Found and fidgeted – War-Pox Press Release

The War of the Apocalyptics Press Release

On-page Lynx

This isn’t quite how it originally appeared in e-mails sent out in late 2009, early 2010, but that’s mostly because some of the lynx were changed to protect the vanished:

Ian Bateson's full colour, wraparound cover for The War of the Apocalyptics, 2009

Ian Bateson’s full colour, wraparound cover for “The War of the Apocalyptics”, 2009

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PRESS RELEASE                                                  FOR IMMEDIATE RELEASE

Latest PHANTACEA Mythos novel now available

VANCOUVER, BC: Phantacea Publications is pleased to announce “The War of the Apocalyptics”, the latest PHANTACEA Mythos Print Publication and the first book in the ‘Launch 1980′ story cycle, is now available for ordering worldwide.

Set primarily in the Aleutians, Vancouver Canada and Subcranial Temporis, beneath the Hidden Continent of Sedon’s Head, between November 30, 1980 and Tantalar 6, 5980, here’s a summary of how it begins:

On November 30, 1980 New Century Enterprises launched the Cosmic Express from Centauri Island, a tri-peaked, mostly man-joined islet off the coast of Maui. With its 6 detachable cosmicars, its central hub-vessel and its overall command-craft, over 60 individuals were on the Express. Intercepted by a Kamikaze craft seconds after launch it never made it to Outer Space. Instead, in what appeared to be a devastating explosion, it was thrust elsewhere.

Whereupon it broke apart!

One of the cosmicars crashed on Damnation Island, in the Aleutians, where the last battle of the Secret War of Supranormals was fought on Christmas Day 1955. A 3-eyed, blue-skinned being, conceivably the very deity once worshipped by Mesoamericans as ‘hurican’ or hurricane, came out of the sky riding a whirlwind conjured from his lower body. The downed space vehicle looked empty. It wasn’t.

An earthen horror confronted the whirling entity. Devil Wind and Demon Land went at each other unrelentingly. When it was over, they apparently weren’t around anymore. Neither were 5 more of their fallen angel ilk, including the four titular Apocalyptics: War, Disease, Disaster and Death, who looked very much pregnant.

In their place stood the 10 members of the newly christened Damnation Brigade. They were the last of the supranormals, back in the realm of the fully alive for the first time in a quarter century. Although mortal and mostly human, they may yet prove to be the sons and daughters of the gods and goddesses, the demons and monsters, of antique mythology.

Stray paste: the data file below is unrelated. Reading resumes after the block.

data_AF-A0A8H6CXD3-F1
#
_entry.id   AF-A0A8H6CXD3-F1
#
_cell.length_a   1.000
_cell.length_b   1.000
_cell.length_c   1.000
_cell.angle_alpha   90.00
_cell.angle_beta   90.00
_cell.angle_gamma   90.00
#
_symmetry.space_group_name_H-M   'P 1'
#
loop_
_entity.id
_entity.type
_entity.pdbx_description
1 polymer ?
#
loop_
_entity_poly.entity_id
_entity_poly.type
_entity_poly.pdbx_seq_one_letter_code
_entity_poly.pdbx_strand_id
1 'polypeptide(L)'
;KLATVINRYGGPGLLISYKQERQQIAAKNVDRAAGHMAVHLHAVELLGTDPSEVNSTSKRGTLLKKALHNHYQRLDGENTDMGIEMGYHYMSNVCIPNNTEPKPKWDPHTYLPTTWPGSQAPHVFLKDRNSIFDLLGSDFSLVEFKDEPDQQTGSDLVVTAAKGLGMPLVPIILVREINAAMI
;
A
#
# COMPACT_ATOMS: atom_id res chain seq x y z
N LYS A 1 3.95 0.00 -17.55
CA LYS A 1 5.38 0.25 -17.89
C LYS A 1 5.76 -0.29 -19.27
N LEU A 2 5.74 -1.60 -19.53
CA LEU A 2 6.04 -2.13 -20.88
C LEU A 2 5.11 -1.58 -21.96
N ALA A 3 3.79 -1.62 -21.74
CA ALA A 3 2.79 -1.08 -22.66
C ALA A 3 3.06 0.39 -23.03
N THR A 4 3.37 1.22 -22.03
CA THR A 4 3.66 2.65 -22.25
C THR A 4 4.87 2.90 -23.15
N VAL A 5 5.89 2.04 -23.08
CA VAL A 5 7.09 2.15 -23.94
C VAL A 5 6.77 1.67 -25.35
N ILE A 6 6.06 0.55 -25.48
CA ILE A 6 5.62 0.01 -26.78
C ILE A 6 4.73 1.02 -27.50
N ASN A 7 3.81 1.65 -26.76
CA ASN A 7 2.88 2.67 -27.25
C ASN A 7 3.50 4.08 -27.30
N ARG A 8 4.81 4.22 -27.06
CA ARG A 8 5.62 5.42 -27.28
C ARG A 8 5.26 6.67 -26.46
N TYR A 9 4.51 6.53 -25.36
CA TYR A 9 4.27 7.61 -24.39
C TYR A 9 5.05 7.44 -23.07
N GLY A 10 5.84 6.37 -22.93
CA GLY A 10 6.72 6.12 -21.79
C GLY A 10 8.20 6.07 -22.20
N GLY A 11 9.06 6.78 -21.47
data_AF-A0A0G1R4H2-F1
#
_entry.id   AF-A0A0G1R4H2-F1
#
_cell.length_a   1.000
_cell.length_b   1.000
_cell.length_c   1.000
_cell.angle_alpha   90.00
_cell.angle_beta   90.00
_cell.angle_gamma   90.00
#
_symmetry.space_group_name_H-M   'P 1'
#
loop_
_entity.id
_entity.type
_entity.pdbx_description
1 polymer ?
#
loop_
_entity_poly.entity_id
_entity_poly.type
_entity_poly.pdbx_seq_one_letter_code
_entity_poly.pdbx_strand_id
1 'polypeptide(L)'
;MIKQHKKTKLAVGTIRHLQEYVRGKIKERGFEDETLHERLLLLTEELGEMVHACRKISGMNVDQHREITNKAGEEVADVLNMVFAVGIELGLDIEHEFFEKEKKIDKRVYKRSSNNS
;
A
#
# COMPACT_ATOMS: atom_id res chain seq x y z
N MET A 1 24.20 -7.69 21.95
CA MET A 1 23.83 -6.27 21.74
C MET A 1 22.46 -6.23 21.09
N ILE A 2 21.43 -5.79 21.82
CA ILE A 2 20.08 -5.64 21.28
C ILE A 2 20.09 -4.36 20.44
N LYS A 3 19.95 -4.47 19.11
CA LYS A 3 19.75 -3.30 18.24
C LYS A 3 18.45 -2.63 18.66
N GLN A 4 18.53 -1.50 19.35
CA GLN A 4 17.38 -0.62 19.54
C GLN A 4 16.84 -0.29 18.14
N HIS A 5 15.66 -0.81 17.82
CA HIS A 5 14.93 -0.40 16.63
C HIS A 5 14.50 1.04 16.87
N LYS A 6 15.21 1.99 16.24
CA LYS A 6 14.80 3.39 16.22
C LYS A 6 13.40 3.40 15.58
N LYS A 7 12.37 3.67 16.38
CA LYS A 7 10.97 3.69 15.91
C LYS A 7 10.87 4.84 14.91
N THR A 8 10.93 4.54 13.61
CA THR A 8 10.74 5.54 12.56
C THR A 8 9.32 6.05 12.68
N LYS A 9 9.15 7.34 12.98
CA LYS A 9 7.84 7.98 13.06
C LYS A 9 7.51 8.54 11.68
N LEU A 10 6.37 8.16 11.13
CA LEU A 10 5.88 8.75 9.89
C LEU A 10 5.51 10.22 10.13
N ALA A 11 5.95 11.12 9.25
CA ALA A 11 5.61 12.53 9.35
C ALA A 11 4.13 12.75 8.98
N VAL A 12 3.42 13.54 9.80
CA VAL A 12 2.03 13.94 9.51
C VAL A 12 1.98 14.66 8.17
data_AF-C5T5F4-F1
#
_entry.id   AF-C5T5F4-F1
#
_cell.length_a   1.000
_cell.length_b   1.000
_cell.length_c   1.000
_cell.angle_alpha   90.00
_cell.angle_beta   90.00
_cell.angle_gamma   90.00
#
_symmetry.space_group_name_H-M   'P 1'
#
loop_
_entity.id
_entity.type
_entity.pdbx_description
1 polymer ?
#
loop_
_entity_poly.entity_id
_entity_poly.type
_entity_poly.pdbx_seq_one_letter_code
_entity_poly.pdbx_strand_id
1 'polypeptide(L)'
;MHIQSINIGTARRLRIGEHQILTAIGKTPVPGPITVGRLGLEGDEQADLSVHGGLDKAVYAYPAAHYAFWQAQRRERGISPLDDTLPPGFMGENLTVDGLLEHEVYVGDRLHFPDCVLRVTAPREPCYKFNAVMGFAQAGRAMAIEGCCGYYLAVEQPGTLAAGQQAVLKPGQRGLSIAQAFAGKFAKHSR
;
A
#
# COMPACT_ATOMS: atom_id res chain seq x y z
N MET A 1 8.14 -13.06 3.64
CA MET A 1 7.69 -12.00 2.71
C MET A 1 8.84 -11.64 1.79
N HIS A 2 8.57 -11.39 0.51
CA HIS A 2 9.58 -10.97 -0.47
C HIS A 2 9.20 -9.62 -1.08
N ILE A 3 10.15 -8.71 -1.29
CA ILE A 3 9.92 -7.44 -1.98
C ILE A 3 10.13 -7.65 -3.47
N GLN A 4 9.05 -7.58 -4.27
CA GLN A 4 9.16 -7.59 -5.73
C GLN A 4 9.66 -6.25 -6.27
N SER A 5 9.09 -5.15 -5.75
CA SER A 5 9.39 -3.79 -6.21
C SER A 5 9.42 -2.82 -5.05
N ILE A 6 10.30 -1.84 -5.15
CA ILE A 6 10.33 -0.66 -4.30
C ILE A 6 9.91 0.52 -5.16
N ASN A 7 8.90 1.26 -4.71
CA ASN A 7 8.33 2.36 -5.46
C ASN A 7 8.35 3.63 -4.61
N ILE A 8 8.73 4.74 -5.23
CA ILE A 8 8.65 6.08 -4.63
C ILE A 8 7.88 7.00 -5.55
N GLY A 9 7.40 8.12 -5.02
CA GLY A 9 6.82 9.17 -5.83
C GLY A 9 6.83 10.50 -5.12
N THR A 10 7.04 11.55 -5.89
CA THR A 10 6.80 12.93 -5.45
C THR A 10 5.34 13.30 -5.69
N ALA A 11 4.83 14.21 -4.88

Regardless of that, they are to say the least aptly named.

Orders paid for with credit cards can be placed through amazon.com immediately; other major online ordering sites will follow in short order. Dependent on location, booksellers and bookseller cooperatives can place bulk orders for the novel via either Ingram Books or Ingram International.

The book contains a foreword and an afterword by the author. It also contains the first chapter of the next PHANTACEA Mythos print publication. The sequel to “Feeling Theocidal” and the second book in ‘Thrice-Cursed Godly Glories’ trilogy, it is entitled “The 1000 Days of Disbelief” and will be released in 2010.

Relevant online lynx are as follows:

Jim McPherson
Creator/Writer/Publisher
The PHANTACEA Mythos

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Cover for E-Versions of "The War of the Apocalyptics", artwork by Ian Bateson

E-Pox now available on the Kindle platform

Front Cover Ad for "Nuclear Dragons", art by Ian Bateson, 2013, text and ad preparation by Jim McPherson, 2013

Front Cover Ad for “Nuclear Dragons”, art by Ian Bateson, 2013, text and ad preparation by Jim McPherson, 2013

For some reason War-Pox didn’t appear as an e-book until 2012.

Nuclear Dragons” is the second entry in the ‘Launch 1980’ story cycle.

The ‘Launch 1980’ story cycle is Jim McPherson’s obviously long-running project to novelize the PHANTACEA comic books not only as published but as promised back in the late Seventies.

The  final entry in the cycle will be “Helios on the Moon“, which is due for release in 2014. After that, well, who can say where McPherson will take us? Certainly not me — and I’m pHantaJIm.

Helios on the Moon, front cover of Phantacea Three, art by Richard Sandoval, 1978

Artwork from the “Helios on the Moon” side of pH-3, which was a flip book; Richard Sandoval, 1978

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